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Shred finely any cold fish, season it, and mix with beaten eggs; make it into a paste, fry in thin cakes like pancakes, and serve hot on a napkin; there should be plenty of boiling butter in the pan, as they should be moist and rich; there should be more eggs in the preparation for omelets than for fritters.
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Take any dressed fish, break it in small pieces, put it into tin scallops, with a few crumbs of bread, a good piece of butter, a little cream if approved, white pepper, salt, and nutmeg; bake in an oven for ten minutes, or brown before the fire; two or three mushrooms mixed, or an anchovy will be found an improvement.
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Break the fish into pieces, pour over the beaten yolk of an egg, sprinkle with pepper and salt, strew with bread crumbs, chopped parsley, and grated lemon peel, and squeeze in the juice of lemon, drop over a little warmed butter, and brown before the fire.
Directions for Various Ways of Dressing Meat and Poultry.
Boiling is the most simple manner of cooking, the great art in this process is to boil the article sufficiently, without its being overdone, the necessity of slow boiling cannot be too strongly impressed upon the cook, as the contrary, renders it hard and of a bad color; the average time of boiling for fresh meat is half an hour to every pound, salt meat requires half as long again, and smoked meat still longer; the lid of the saucepan should only be removed for skimming, which is an essential process.
Roasting chiefly depends on the skilful management of the fire, it is considered that a joint of eight pounds requires two hours roasting; when first put down it should be basted with fresh dripping, and afterwards with its own dripping, it should be sprinkled with salt, and repeatedly dredged with flour, which browns and makes it look rich and frothy.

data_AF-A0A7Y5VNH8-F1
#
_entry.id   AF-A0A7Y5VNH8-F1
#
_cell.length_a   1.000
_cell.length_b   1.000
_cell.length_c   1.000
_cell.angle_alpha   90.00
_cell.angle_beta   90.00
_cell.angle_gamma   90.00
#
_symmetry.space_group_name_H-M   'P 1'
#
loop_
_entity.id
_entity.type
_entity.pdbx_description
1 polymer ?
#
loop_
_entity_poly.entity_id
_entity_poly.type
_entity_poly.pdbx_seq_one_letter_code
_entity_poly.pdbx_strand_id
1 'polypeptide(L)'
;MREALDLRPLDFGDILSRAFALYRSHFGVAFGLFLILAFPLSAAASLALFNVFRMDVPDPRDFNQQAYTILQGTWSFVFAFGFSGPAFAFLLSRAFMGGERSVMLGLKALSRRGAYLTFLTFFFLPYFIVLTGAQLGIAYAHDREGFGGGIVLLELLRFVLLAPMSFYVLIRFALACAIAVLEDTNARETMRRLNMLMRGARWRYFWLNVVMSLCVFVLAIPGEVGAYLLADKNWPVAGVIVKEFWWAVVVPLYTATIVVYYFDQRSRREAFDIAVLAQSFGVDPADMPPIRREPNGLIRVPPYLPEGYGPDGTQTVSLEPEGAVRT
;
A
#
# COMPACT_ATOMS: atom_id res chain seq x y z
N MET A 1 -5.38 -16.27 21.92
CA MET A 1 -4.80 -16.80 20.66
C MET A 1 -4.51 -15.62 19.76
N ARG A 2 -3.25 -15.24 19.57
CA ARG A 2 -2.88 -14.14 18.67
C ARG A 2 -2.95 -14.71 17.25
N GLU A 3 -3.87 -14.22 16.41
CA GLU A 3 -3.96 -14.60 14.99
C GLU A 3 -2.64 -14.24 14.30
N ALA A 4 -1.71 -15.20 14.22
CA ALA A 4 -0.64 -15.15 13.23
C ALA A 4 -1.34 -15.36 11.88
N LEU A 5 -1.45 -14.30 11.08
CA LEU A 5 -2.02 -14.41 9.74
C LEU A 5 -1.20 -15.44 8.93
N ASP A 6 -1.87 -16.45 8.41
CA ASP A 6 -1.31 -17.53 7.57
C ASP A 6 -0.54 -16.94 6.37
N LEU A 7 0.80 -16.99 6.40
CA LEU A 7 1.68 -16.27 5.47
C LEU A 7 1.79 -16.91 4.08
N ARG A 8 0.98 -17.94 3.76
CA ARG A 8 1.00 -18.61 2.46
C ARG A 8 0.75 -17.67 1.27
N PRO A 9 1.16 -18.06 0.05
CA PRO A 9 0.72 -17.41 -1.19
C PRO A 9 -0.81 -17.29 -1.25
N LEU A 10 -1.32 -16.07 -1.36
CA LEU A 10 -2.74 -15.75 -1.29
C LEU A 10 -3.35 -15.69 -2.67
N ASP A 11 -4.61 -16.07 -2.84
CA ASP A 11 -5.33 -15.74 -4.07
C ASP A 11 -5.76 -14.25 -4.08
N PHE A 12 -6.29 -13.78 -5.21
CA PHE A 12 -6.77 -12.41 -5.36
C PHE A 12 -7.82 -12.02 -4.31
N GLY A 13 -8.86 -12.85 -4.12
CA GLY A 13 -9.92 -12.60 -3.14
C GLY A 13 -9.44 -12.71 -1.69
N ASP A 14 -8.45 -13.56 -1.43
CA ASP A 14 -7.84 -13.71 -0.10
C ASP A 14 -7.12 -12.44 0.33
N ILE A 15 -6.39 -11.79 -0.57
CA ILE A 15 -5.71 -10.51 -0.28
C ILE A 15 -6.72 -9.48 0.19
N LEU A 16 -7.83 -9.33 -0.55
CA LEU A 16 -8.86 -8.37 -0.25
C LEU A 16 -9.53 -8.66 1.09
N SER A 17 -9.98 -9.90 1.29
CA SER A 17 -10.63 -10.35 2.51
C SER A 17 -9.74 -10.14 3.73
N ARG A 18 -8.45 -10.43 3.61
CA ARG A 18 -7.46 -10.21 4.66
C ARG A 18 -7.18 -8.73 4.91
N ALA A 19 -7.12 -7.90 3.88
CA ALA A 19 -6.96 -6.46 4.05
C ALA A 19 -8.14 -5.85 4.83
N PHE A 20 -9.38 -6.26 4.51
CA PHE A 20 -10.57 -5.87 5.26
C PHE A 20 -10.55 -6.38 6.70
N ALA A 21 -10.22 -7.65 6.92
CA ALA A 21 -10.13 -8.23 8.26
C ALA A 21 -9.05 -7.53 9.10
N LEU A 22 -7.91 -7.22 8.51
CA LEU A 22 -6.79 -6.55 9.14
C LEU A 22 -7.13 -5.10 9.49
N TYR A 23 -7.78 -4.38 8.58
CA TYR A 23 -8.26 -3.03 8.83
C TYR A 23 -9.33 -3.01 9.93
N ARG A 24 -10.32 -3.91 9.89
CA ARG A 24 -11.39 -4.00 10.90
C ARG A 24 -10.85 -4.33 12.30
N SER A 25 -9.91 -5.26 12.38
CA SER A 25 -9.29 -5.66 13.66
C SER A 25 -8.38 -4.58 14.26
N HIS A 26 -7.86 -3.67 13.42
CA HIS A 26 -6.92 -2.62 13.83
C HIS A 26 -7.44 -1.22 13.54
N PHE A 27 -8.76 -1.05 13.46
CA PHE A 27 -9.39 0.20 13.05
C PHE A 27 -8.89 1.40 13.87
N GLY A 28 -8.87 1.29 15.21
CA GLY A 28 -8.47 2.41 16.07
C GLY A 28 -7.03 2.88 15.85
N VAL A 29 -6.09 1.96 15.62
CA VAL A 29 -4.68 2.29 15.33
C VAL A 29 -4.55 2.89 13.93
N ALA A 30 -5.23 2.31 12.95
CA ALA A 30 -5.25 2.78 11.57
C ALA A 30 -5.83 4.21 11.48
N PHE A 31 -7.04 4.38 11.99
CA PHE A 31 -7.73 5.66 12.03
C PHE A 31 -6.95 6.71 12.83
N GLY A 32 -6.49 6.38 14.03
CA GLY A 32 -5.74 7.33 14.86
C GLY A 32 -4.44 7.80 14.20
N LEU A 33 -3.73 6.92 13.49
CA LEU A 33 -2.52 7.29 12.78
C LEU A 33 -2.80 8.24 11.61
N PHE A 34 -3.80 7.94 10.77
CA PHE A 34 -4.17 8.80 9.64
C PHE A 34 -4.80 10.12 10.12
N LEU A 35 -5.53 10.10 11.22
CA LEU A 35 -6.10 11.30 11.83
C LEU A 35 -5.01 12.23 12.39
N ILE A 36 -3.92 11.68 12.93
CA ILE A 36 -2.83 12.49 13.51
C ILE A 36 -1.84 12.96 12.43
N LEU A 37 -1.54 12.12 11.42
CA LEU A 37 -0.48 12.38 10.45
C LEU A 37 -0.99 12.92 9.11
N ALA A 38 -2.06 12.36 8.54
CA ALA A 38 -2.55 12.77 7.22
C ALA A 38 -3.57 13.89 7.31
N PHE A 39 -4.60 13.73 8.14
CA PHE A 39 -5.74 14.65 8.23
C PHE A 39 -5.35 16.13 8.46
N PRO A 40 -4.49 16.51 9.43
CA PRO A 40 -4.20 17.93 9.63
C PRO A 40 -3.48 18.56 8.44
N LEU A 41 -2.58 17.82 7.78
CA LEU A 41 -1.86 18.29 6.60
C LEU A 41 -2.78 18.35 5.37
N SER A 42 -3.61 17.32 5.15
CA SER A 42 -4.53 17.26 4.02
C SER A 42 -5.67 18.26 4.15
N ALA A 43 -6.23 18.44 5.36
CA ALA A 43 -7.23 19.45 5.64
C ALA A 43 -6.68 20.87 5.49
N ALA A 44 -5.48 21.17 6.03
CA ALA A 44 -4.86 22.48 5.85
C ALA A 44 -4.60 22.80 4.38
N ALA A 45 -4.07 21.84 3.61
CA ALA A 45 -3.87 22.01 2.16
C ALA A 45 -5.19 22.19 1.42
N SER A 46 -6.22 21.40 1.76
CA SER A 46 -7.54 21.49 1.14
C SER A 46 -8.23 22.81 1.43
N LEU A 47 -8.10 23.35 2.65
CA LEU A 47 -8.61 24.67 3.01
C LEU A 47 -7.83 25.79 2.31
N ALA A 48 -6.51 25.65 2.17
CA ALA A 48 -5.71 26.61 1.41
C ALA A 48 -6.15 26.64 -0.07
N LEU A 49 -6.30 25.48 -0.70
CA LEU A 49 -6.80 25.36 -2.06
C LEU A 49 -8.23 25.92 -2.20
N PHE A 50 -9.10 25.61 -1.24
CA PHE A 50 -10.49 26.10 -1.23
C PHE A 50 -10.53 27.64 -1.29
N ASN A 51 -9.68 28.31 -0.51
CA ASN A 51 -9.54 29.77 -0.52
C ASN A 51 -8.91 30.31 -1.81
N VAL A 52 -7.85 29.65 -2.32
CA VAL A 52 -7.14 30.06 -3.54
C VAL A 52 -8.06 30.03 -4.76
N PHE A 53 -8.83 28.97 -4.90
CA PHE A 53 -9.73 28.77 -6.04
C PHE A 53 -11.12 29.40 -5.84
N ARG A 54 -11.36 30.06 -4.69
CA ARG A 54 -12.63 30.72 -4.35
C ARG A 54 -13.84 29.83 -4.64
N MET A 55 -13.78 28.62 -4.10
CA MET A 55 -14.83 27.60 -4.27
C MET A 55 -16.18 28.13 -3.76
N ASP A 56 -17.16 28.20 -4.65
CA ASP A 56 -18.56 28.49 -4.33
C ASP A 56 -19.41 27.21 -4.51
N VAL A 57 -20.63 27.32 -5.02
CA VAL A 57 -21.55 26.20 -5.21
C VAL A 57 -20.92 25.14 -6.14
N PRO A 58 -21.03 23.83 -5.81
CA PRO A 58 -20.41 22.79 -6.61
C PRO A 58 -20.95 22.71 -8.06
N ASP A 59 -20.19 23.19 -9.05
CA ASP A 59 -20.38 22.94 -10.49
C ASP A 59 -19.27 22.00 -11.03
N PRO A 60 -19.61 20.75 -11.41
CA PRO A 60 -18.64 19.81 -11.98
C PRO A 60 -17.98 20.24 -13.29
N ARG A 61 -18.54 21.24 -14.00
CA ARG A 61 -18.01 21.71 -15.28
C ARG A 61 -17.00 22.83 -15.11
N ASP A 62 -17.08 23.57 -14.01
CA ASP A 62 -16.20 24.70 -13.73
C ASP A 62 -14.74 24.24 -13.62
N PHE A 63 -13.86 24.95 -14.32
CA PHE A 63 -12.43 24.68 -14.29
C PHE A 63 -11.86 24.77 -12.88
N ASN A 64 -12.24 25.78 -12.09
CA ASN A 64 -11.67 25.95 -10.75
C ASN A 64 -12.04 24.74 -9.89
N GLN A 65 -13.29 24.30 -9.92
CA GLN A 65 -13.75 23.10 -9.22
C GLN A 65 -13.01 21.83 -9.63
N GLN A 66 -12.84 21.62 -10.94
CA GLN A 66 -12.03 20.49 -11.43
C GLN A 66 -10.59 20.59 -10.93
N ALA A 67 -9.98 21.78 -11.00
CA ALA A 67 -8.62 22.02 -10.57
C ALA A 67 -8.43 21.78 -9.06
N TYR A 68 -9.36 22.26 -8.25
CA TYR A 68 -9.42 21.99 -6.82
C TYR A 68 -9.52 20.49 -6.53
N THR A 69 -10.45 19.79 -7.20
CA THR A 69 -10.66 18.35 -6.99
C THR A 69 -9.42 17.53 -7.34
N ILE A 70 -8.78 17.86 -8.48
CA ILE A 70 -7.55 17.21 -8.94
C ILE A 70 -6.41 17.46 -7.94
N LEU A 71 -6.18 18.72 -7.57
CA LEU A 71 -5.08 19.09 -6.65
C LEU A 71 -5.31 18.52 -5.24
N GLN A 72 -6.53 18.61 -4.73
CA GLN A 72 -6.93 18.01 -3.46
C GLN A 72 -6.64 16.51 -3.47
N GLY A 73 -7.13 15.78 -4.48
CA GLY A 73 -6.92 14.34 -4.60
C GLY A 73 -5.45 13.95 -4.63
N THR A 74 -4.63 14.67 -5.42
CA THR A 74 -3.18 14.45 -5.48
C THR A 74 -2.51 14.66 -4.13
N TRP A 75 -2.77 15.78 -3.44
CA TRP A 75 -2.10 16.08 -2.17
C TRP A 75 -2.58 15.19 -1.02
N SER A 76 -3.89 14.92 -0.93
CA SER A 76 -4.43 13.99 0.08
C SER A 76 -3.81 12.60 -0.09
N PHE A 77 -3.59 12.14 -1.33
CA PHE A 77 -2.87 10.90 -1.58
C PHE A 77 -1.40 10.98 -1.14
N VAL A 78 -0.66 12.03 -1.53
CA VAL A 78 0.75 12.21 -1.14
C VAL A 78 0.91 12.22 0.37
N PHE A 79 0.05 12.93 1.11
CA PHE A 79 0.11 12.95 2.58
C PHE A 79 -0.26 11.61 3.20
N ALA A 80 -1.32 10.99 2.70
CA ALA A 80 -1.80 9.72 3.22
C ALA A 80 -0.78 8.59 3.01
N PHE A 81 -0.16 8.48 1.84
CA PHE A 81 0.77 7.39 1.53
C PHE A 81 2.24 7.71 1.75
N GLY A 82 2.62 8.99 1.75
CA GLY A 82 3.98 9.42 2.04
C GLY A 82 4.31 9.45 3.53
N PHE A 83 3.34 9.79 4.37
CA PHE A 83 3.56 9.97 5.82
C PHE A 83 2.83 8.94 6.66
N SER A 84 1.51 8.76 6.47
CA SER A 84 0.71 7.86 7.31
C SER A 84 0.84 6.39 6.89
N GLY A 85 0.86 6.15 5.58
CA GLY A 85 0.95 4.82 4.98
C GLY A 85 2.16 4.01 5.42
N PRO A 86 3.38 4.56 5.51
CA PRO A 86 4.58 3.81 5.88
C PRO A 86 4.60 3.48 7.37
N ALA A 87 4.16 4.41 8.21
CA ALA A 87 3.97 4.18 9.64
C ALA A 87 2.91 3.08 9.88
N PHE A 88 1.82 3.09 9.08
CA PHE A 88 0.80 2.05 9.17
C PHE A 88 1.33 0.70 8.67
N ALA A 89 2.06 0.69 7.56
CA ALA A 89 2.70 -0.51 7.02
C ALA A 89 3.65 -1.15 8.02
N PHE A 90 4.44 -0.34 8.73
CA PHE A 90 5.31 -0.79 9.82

Broiling requires a steady clear fire, free from flame and smoke, the gridiron should be quite hot before the article is placed on it, and the bars should be rubbed with fat, or if the article is thin-skinned and delicate, with chalk; the gridiron should be held aslant to prevent the fat dripping into the fire; the bars of a gridiron should be close and fine. Frying is easier than broiling, the fat, oil or butter in which the article is fried must be boiling, but have ceased to bubble before it is put in the pan, or it will be greasy and black: there is now a new description of fryingpan, called a saute pan, and which will be found extremely convenient for frying small cutlets or collops.
Stewing is a more elaborate mode of boiling; a gentle heat with frequent skimmings, are the points to be observed.